Giannopoulou E.,HRH Prince Alwaleed Bin Talal Bin Abdulaziz Alsaud Institute for Computational Biomedicine |
Alves P.,Yale University |
Tewari A.K.,ak Center for Robotic Surgery |
Gerstein M.B.,Yale University |
And 6 more authors.
Cancer Research | Year: 2013
Androgen receptor signaling plays a critical role in prostate cancer pathogenesis. Yet, the regulation of androgen receptor signaling remains elusive. Even with stringent androgen deprivation therapy, androgen receptor signaling persists. Here, our data suggest that there is a complex interaction between the expression of the tumor suppressor miRNA, miR-31, and androgen receptor signaling. We examined primary and metastatic prostate cancer and found that miR-31 expression was reduced as a result of promoter hypermethylation, and importantly, the levels of miR-31 expression were inversely correlated with the aggressiveness of the disease. As the expression of androgen receptor and miR-31 was inversely correlated in the cell lines, our study further suggested that miR-31 and androgen receptor could mutually repress each other. Upregulation of miR-31 effectively suppressed androgen receptor expression through multiple mechanisms and inhibited prostate cancer growth in vivo. Notably, we found that miR-31 targeted androgen receptor directly at a site located in the coding region, which was commonly mutated in prostate cancer. In addition, miR-31 suppressed cell-cycle regulators including E2F1, E2F2, EXO1, FOXM1, and MCM2. Together, our findings suggest a novel androgen receptor regulatory mechanism mediated through miR-31 expression. The downregulation of miR-31 may disrupt cellular homeostasis and contribute to the evolution and progression of prostate cancer. We provide implications for epigenetic treatment and support clinical development of detecting miR-31 promoter methylation as a novel biomarker. © 2012 American Association for Cancer Research.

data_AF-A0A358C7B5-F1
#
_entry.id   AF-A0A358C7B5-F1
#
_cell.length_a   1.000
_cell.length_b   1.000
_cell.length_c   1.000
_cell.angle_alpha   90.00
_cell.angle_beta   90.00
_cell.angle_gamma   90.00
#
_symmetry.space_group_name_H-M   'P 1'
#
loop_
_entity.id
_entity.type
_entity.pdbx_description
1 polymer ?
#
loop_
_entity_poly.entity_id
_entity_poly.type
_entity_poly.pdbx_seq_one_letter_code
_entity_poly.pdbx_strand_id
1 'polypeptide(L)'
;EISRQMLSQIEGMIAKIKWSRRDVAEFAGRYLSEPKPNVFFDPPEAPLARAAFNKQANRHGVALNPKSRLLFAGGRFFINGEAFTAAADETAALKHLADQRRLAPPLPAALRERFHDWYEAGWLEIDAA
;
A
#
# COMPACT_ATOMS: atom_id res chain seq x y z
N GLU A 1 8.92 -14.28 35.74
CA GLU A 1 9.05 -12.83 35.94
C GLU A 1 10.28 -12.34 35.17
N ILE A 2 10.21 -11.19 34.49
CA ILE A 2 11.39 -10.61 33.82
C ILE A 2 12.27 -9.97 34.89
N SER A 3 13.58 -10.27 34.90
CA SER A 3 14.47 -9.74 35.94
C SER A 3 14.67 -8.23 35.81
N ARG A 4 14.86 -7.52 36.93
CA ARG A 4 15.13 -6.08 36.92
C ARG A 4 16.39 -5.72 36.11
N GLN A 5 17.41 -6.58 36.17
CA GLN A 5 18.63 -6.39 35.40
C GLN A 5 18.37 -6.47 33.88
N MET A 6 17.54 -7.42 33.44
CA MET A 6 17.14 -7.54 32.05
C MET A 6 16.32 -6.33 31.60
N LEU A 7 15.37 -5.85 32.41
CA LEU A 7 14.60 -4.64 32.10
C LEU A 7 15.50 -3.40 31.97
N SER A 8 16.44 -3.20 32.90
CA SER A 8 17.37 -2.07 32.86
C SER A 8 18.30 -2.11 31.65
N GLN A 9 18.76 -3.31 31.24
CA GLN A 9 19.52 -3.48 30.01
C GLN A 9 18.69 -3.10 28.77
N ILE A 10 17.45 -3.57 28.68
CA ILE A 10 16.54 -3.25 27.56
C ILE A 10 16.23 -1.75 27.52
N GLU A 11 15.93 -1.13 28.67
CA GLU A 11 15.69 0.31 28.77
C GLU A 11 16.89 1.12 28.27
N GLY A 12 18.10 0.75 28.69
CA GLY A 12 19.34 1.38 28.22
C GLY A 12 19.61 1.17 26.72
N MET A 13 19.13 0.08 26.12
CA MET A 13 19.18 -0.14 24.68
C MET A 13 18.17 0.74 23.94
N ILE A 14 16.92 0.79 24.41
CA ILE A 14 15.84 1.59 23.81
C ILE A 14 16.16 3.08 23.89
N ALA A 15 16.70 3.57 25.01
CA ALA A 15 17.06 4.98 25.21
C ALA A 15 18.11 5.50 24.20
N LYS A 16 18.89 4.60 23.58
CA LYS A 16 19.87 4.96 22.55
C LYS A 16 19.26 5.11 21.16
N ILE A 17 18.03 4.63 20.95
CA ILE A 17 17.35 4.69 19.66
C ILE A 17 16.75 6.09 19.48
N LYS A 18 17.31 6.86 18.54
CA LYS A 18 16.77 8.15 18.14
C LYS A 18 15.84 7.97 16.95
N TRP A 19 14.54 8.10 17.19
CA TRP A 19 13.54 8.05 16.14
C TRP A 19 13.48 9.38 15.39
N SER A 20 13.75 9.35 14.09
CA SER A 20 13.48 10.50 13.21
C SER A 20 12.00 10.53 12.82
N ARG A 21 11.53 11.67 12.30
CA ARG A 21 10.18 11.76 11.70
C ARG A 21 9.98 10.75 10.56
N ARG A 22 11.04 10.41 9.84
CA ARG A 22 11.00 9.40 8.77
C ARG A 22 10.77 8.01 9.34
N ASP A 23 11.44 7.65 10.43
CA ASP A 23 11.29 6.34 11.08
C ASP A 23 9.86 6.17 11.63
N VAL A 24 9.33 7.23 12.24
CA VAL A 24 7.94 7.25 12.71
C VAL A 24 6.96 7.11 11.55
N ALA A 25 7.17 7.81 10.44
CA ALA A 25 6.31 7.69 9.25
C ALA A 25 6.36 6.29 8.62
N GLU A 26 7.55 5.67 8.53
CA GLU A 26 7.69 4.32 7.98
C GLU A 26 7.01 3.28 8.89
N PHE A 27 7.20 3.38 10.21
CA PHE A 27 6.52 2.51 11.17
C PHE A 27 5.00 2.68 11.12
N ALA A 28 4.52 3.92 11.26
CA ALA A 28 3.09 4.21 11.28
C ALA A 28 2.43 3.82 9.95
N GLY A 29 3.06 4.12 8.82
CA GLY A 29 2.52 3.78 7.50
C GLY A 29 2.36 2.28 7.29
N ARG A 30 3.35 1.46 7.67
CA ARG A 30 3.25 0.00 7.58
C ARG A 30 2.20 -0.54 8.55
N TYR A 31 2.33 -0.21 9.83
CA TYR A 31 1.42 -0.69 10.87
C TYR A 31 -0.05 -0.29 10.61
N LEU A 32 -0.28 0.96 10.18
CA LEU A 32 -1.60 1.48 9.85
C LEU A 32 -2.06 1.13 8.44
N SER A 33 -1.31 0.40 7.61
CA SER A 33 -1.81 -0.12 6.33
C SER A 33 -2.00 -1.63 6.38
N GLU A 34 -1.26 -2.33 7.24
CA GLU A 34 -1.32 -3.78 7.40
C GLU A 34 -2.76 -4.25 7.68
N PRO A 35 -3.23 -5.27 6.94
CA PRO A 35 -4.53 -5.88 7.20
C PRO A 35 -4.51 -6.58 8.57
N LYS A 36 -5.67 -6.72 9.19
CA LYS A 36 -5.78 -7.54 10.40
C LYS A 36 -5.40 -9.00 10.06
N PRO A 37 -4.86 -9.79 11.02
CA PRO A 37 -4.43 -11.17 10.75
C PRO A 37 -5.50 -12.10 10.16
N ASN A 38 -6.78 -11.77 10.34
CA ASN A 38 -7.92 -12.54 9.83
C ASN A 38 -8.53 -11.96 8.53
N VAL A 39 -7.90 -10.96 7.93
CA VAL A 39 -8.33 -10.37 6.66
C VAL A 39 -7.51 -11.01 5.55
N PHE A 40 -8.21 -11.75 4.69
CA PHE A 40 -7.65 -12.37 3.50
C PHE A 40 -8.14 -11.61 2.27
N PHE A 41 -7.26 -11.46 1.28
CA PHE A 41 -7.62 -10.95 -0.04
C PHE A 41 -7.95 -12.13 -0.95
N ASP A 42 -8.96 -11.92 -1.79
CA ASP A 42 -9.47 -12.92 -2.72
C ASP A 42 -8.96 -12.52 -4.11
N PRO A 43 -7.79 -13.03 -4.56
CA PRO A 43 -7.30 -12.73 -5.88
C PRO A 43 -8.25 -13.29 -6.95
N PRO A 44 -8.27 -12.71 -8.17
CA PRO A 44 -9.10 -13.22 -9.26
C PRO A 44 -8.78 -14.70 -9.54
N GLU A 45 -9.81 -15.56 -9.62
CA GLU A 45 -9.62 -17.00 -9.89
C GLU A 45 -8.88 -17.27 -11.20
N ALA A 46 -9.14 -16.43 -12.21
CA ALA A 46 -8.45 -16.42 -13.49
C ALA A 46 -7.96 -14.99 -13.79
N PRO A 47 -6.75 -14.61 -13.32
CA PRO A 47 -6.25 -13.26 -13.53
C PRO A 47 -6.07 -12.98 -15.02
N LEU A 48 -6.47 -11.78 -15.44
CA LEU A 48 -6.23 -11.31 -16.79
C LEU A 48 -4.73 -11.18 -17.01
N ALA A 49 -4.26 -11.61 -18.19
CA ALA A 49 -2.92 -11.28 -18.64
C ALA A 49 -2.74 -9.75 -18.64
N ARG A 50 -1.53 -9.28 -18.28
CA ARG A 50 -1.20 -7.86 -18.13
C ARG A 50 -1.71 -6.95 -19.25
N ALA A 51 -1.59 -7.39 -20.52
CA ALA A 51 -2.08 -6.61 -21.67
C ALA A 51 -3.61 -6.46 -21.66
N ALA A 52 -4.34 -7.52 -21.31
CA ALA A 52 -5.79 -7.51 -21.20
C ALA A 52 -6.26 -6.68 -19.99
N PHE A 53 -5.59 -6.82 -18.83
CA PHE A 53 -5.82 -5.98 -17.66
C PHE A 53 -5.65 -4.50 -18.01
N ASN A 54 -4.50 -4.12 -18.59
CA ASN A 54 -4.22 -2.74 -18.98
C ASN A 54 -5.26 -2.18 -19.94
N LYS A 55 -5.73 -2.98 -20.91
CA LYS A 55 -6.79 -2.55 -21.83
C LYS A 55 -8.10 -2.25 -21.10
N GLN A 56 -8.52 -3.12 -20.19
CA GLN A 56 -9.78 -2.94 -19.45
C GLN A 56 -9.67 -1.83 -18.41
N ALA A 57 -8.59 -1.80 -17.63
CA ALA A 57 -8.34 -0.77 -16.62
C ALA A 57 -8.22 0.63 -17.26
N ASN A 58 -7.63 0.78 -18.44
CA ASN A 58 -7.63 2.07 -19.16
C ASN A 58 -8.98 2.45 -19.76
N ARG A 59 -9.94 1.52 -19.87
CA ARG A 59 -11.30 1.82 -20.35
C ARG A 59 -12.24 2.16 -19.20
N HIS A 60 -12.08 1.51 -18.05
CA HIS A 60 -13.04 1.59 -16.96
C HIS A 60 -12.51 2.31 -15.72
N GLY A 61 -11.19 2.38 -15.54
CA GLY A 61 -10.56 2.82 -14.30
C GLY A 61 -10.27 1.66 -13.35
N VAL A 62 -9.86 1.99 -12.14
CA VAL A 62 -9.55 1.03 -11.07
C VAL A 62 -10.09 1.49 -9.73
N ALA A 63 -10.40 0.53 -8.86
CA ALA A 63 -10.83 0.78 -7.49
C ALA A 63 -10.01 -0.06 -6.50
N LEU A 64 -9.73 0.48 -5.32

Yao Y.,Rockefeller University |
Yao Y.,University of Minnesota |
Norris E.H.,Rockefeller University |
Mason C.E.,New York Medical College |
And 4 more authors.
Nature Communications | Year: 2016
Muscle-resident PDGFRβ+ cells, which include pericytes and PW1 + interstitial cells (PICs), play a dual role in muscular dystrophy. They can either undergo myogenesis to promote muscle regeneration or differentiate into adipocytes and other cells to compromise regeneration. How the differentiation and fate determination of PDGFRβ+ cells are regulated, however, remains unclear. Here, by utilizing a conditional knockout mouse line, we report that PDGFRβ+ cell-derived laminin inhibits their proliferation and adipogenesis, but is indispensable for their myogenesis. In addition, we show that laminin alone is able to partially reverse the muscle dystrophic phenotype in these mice at the molecular, structural and functional levels. Further RNAseq analysis reveals that laminin regulates PDGFRβ+ cell differentiation/fate determination via gpihbp1. These data support a critical role of laminin in the regulation of PDGFRβ+ cell stemness, identify an innovative target for future drug development and may provide an effective treatment for muscular dystrophy. © 2016, Nature Publishing Group. All rights reserved.
Maduro V.,U.S. National Institutes of Health |